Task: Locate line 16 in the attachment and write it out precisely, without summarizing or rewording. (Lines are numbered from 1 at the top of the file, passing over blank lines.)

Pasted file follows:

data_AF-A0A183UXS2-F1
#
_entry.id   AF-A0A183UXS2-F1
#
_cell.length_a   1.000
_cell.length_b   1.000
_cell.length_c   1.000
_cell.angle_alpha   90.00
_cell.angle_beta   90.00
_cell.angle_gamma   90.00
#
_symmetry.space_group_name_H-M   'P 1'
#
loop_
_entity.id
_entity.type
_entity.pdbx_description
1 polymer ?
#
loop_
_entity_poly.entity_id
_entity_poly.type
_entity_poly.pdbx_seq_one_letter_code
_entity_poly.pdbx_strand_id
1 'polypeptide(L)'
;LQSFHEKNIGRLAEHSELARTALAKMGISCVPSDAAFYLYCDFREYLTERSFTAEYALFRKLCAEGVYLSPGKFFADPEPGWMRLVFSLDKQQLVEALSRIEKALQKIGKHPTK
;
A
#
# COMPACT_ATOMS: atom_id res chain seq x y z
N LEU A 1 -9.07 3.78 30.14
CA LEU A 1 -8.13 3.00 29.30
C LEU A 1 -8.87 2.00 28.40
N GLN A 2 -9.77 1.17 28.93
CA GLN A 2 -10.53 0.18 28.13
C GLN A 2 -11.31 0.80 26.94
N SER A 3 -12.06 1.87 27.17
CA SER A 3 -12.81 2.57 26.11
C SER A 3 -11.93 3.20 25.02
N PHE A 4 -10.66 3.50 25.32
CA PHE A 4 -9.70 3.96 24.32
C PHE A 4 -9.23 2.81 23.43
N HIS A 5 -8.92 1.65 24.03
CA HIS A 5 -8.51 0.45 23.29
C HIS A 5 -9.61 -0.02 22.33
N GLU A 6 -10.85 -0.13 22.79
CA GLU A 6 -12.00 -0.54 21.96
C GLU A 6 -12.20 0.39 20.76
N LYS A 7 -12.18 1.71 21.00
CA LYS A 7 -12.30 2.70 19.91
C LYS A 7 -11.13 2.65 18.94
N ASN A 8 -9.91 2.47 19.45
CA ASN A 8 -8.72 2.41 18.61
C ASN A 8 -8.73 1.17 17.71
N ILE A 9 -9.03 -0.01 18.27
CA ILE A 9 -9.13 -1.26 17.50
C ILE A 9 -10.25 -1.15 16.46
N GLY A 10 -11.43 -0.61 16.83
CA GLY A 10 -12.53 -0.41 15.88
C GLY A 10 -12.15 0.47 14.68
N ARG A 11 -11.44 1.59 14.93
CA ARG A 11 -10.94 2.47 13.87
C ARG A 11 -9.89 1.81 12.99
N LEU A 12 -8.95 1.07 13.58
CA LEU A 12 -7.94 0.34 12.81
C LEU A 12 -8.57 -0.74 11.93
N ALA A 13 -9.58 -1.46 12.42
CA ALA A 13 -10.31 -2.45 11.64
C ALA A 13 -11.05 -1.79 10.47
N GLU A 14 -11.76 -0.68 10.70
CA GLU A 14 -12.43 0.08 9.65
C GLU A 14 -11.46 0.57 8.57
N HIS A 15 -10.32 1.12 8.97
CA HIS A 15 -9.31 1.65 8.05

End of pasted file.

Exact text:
_entity.type